The Impeachment of Judge Cowan
John Cowan was born in Scotland. When he was four years old, the family moved to Canada. In 1877, Cowan graduated from Ottawa Normal School and went on to study medicine before leaving Canada for the United States. For a time he was a clerk in Port Huron, Michigan for the Chicago and Grand Trunk Railroad. He eventually wandered to Devils Lake where he began a law career, entering the law office of McGee and Morgan. He was admitted to practice before the Territorial District Court in 1885. That same year he opened his own law office. He later formed a partnership with P.J. McClory, and together they opened the law firm of Cowan and McClory.
Cowan was a highly-respected lawyer. He was elected State’s Attorney of Ramsey County in 1890. In 1894 he was elected Attorney General of North Dakota and was reelected three times. His place in North Dakota politics seemed assured. Then in 1911, he ran into serious difficulty. On this date in 1911, the Evening Times of Grand Forks reported that articles of impeachment against Cowan would be filed with the North Dakota House of Representatives, and upon approval would be sent to the Senate. According to the newspaper, “Rapid progress is being made in arranging for the impeachment trial of Judge Cowan.” The charges included drunken behavior, disorderly conduct, and assault. Among other things, he was accused of forcibly kissing a woman at the courthouse, and presiding in court while intoxicated.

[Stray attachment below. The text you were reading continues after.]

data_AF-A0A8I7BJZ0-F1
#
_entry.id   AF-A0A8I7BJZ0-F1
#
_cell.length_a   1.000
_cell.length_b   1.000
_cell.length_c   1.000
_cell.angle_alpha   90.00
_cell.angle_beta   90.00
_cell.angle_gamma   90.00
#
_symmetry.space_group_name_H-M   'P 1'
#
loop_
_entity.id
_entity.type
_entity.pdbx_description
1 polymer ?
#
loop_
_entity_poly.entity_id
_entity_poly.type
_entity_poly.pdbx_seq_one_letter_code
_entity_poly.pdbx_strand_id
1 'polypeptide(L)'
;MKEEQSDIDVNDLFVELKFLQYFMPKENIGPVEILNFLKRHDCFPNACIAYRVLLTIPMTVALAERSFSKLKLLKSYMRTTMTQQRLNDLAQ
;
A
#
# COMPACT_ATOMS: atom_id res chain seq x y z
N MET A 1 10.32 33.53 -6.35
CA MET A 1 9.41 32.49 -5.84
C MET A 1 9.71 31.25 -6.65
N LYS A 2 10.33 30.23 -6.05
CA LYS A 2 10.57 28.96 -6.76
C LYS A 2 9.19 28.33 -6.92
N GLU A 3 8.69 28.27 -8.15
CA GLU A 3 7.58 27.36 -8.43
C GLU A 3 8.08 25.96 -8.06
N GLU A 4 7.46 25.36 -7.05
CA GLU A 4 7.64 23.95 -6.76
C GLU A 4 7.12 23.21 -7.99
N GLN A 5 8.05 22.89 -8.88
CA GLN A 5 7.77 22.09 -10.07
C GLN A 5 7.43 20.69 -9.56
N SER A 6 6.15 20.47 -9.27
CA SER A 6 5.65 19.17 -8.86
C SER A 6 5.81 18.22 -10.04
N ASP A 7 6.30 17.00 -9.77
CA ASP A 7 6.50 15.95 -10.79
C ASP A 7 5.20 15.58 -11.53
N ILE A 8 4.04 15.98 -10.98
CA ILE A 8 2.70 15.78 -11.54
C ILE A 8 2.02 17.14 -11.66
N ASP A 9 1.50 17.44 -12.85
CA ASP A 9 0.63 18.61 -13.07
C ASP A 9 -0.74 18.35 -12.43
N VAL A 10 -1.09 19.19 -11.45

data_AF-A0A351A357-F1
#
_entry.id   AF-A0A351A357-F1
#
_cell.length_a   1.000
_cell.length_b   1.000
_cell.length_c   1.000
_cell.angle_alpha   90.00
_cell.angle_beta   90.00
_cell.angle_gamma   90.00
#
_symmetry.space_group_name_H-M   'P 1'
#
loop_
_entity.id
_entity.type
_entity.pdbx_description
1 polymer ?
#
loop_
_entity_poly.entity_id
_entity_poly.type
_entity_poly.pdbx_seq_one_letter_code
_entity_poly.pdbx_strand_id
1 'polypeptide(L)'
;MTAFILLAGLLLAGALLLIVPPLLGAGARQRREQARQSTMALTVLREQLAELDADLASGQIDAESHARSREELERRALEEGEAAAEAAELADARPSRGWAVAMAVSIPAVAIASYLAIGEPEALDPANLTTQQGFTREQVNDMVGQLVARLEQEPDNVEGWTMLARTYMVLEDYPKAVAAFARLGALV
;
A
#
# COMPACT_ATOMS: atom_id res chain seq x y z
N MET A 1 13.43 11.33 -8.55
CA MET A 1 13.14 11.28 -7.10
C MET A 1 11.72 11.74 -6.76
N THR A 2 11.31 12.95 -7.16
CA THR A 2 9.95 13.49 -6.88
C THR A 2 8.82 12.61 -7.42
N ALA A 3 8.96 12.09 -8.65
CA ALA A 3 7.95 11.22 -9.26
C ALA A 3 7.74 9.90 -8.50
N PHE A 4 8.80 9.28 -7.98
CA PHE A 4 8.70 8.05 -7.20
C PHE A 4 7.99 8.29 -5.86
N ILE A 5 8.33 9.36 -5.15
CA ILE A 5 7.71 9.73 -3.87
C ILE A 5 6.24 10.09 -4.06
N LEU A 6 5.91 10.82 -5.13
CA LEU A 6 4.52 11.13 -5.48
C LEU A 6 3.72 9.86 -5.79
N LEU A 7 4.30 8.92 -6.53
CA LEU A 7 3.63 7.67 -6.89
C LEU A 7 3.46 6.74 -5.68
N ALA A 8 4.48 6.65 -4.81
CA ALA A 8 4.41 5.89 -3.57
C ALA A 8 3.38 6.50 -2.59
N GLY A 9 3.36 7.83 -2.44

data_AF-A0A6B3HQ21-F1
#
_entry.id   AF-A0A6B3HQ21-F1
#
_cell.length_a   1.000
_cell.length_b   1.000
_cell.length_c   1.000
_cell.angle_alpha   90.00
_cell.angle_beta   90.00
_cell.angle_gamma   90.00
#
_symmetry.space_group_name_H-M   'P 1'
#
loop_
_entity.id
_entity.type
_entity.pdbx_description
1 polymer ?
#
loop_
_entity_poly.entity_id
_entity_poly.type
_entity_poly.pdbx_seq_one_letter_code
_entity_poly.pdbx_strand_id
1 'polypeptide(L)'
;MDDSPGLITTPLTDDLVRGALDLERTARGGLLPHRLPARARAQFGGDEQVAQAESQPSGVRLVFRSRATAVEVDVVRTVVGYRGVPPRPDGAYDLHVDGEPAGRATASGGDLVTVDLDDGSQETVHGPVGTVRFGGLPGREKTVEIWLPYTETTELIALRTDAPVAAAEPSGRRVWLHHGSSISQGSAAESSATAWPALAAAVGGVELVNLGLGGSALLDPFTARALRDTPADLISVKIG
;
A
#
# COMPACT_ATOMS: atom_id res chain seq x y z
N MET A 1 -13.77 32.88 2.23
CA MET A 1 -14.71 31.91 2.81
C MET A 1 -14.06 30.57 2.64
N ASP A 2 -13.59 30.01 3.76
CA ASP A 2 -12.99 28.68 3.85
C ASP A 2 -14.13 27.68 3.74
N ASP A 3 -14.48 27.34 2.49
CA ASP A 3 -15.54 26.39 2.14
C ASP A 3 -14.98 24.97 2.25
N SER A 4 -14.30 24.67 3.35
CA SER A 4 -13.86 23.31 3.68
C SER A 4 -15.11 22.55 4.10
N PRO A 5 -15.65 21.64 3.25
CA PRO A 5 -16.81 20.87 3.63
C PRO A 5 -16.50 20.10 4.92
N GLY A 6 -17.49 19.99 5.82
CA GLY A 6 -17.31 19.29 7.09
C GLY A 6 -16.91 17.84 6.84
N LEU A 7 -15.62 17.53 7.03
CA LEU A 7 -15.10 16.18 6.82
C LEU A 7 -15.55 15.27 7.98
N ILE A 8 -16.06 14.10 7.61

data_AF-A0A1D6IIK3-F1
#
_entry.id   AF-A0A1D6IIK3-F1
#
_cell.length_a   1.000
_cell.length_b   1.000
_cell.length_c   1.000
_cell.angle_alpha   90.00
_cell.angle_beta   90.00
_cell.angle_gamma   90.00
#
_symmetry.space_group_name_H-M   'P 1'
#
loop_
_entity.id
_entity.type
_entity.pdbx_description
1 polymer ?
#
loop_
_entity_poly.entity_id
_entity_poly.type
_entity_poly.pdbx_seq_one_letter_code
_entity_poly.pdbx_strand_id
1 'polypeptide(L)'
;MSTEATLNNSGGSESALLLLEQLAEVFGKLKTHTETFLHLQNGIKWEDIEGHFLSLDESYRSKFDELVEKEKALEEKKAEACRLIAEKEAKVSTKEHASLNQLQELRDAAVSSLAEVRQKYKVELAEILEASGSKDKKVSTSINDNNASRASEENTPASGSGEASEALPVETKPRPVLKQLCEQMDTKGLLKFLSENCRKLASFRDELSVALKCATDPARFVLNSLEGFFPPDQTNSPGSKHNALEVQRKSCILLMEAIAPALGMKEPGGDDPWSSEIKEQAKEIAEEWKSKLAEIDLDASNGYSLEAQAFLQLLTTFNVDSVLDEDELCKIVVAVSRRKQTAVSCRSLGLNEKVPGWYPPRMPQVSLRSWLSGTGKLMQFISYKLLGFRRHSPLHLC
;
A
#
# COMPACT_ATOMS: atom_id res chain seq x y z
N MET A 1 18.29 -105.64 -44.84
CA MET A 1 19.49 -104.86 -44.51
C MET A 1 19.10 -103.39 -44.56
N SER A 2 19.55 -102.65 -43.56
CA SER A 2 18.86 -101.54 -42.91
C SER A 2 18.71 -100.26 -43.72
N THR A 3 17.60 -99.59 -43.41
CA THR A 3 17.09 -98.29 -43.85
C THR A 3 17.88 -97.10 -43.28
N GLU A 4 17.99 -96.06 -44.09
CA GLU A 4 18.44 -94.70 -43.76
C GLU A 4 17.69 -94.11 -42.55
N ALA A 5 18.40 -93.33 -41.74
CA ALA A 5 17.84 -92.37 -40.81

Upon examining the articles of impeachment, the Senate determined that there was “grave and probable cause” to believe that Cowan was guilty of impeachable offenses, and it was determined that a trial would proceed. It was a contentious business. The Bismarck Tribune called it the “biggest battle ever seen in house since the Louisiana lottery fight in pioneer days.”
The Cowan trial was front page fodder for newspapers. The matter dragged on for months. Finally on May 12th, an Associated Press dispatch announced that Judge Cowan had been found innocent on all of the seventy-four charges filed against him. The announcement was followed by wild scenes of celebration as the judge’s supporters rushed to congratulate him. Cowan returned to Devils Lake to an enthusiastic reception.
Dakota Datebook written by Carole Butcher
Evening Times. “Cowan Case is Getting Ready.” 20 February, 1911.
Bismarck Tribune. “House Reverses Itself.” 1 March, 1911.
Golden Valley Chronicle. “Held Court While Drunk.” 14 April, 1911.
The Commoner. “Associated Press Dispatch.” Lincoln, Nebraska. 12 May, 1911.
Journal of the Senate of North Dakota sitting as a High court of impeachment for the trial of Hon. John F. Cowan, judge of the Second judicial district. Legislative Assembly, North Dakota, 1911